. Model 2 only takes the horizontal ground lighting as the explanatory variable, and Model 3 adds the vegetation density and traffic intensity. Model 4 adds the residential community into the model. The variables of residential areas are classified variables and needed to be transformed into dummy variables. By building a regression model, each dummy variable obtained an estimated regression coefficient, which makes the regression results easier to explain.
According to the regression results reported in Table 7
, graphs of confounder-adjusted associations between FoS and illuminance were drawn. To generate these graphs, the values of all variables (except for illumination) were set to their average levels, and the lighting levels were allowed to vary from 0 to 50 lx (Figure 22
The graphs show that higher illuminance levels do not necessarily mean the same increase in perceived security levels. The perceived safety score range is 0–3 and the median value is 1.5; safety is acceptable if the evaluated value is higher than 1.5 and safety is better if the evaluated value is higher than 2.0. As it is also shown in Figure 22
, to achieve the safety level of 1.5, the corresponding illumination value needs to reach 1.0–5.0 lx, depending on the neighborhood. Concurrently, for the safety level to reach 2.0 (on a 3-point scale), the corresponding illuminance value needs to be in the 2.7–17 lx range. As Figure 22
further shows, after the illuminance reaches about 17 lx, the rate of change in FoS becomes slower and slower in line with a further increase in illuminance. In other words, after the illumination level of 5–17 lx, the perceived safety increases only marginally.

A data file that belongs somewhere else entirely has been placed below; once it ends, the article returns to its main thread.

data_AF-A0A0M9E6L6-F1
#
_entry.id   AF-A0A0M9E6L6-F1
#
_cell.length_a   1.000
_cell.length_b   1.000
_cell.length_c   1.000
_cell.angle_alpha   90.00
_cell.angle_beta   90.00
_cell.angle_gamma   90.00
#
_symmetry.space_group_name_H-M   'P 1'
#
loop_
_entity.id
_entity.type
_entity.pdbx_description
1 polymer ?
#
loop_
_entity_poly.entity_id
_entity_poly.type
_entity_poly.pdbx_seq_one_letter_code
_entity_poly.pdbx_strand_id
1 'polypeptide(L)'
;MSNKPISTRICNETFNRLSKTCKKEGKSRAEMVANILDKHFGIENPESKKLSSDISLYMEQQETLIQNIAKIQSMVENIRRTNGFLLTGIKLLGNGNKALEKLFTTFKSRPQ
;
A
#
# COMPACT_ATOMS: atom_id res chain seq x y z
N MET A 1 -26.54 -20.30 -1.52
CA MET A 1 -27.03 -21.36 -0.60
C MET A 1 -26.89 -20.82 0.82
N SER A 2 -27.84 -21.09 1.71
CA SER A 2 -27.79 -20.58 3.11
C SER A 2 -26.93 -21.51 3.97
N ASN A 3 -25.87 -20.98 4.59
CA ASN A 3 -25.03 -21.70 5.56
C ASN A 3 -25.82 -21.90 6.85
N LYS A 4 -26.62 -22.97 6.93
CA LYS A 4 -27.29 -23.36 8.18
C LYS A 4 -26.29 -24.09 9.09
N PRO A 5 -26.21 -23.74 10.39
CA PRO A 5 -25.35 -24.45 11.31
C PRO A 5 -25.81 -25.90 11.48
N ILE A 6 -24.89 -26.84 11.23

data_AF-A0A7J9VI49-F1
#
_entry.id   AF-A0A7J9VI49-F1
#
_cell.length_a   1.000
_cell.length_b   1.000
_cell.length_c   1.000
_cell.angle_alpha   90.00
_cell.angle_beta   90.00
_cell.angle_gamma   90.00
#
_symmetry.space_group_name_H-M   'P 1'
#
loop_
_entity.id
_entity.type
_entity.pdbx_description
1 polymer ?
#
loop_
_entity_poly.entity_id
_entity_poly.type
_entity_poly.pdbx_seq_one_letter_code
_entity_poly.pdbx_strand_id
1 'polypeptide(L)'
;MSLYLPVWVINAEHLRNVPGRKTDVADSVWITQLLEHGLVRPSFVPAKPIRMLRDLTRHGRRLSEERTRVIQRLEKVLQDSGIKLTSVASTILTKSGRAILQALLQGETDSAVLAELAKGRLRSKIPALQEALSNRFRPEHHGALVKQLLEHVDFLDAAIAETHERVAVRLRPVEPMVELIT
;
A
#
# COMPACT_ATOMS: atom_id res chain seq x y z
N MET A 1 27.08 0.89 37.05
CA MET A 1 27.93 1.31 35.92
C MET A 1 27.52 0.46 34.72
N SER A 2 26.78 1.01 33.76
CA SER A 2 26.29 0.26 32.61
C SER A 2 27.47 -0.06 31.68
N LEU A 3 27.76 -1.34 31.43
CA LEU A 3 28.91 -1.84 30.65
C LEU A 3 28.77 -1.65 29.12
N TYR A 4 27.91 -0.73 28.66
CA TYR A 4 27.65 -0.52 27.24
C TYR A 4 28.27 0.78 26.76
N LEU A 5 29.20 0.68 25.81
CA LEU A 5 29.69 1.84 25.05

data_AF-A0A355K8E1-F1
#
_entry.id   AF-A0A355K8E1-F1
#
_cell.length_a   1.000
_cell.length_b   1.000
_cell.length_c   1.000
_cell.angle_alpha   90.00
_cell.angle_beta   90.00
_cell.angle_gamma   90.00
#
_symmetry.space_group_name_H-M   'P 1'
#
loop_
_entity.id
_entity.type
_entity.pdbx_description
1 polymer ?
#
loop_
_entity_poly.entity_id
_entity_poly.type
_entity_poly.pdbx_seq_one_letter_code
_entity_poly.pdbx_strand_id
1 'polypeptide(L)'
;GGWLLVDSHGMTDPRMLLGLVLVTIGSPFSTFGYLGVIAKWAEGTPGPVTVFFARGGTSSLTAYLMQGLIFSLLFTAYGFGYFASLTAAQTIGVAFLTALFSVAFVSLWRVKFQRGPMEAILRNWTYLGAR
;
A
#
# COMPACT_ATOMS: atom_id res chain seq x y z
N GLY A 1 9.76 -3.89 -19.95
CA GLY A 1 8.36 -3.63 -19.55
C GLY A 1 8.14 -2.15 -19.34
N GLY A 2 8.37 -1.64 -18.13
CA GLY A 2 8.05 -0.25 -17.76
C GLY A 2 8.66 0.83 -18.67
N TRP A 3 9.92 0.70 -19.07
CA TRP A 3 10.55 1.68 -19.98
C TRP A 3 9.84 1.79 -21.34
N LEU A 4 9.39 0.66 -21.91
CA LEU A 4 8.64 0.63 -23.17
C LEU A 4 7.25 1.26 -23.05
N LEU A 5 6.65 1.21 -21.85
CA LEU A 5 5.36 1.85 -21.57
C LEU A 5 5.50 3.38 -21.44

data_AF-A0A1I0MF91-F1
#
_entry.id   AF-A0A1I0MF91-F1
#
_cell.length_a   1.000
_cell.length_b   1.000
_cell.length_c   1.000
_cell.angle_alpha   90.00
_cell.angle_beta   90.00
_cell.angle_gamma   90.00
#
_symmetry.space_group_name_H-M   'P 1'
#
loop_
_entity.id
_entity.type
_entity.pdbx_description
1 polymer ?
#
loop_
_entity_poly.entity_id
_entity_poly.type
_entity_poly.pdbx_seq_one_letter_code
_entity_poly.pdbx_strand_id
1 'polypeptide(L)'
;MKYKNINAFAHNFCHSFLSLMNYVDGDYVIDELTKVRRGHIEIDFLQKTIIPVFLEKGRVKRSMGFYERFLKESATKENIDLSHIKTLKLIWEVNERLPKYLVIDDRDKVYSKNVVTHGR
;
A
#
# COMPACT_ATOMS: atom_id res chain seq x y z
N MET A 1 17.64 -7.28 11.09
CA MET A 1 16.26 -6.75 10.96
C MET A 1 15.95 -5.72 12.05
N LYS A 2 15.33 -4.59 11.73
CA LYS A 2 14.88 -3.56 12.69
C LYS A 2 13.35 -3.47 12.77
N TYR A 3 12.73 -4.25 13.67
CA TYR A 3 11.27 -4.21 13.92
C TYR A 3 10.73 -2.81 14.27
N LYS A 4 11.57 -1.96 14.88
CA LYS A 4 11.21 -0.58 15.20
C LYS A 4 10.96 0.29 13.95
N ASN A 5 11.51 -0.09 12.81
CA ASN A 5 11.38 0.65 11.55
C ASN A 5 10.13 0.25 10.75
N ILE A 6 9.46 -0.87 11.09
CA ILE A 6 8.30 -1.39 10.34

Correlations between illumination uniformity and FoS
The uniformity of lighting can be divided into three levels: ununiform lighting, slightly discontinuous lighting, and uniform lighting. The uniformity values were scored and collected by the research team during the field investigation, in which ununiform lighting was given the value of 0, discontinuous lighting was given the value of 1, and uniform lighting was set to 2.
Independent sample t-test is suitable for analyzing the score difference between two independent groups on a variable. For multiple independent groups, only pairwise t-test can be carried out, but this would increase the error. One way analysis of variance (one way ANOVA) assumes that there is no difference in the mean of multiple groups, and analyzes multiple groups at the same time, which avoids the dilemma of t-test and is an extension of the t-test. One-way ANOVA was used to analyze the FoS scores. The results of the ANOVA (F = 9.091, p = 0.000 < 0.05) showed that there was homogeneity of variance among the different groups, which indicated that there were considerable differences in the FoS levels between the different uniformity groups.
Moreover, according to the post hoc analysis, there was no significant difference between sparse illumination and uniform illumination, but there were significant differences among discontinuous illumination, sparse illumination, and uniform illumination. The differences in the sense of security are shown in Figure 23
. As Figure 23
shows, observers evaluate scenes with uniform illumination as more safe than scenes with discontinuous illumination.
Correlation between spectral characteristics and FoS